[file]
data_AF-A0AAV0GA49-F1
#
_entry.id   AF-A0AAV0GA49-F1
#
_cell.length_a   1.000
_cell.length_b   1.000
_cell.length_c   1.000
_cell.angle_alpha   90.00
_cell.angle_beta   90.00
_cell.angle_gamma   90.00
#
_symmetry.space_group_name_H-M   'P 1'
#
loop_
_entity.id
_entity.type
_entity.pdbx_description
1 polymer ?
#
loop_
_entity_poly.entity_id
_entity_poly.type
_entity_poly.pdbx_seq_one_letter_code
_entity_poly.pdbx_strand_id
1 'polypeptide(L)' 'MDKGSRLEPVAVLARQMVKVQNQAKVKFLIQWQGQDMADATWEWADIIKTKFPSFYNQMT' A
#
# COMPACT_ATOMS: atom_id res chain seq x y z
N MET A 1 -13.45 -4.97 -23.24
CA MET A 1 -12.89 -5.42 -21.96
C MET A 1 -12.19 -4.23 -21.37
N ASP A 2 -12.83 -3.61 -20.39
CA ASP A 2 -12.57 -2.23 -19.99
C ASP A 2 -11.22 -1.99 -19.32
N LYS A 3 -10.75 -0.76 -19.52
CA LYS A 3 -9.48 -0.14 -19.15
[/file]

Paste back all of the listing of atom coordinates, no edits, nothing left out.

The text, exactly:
data_AF-A0AAV0GA49-F1
#
_entry.id   AF-A0AAV0GA49-F1
#
_cell.length_a   1.000
_cell.length_b   1.000
_cell.length_c   1.000
_cell.angle_alpha   90.00
_cell.angle_beta   90.00
_cell.angle_gamma   90.00
#
_symmetry.space_group_name_H-M   'P 1'
#
loop_
_entity.id
_entity.type
_entity.pdbx_description
1 polymer ?
#
loop_
_entity_poly.entity_id
_entity_poly.type
_entity_poly.pdbx_seq_one_letter_code
_entity_poly.pdbx_strand_id
1 'polypeptide(L)' 'MDKGSRLEPVAVLARQMVKVQNQAKVKFLIQWQGQDMADATWEWADIIKTKFPSFYNQMT' A
#
# COMPACT_ATOMS: atom_id res chain seq x y z
N MET A 1 -13.45 -4.97 -23.24
CA MET A 1 -12.89 -5.42 -21.96
C MET A 1 -12.19 -4.23 -21.37
N ASP A 2 -12.83 -3.61 -20.39
CA ASP A 2 -12.57 -2.23 -19.99
C ASP A 2 -11.22 -1.99 -19.32
N LYS A 3 -10.75 -0.76 -19.52
CA LYS A 3 -9.48 -0.14 -19.15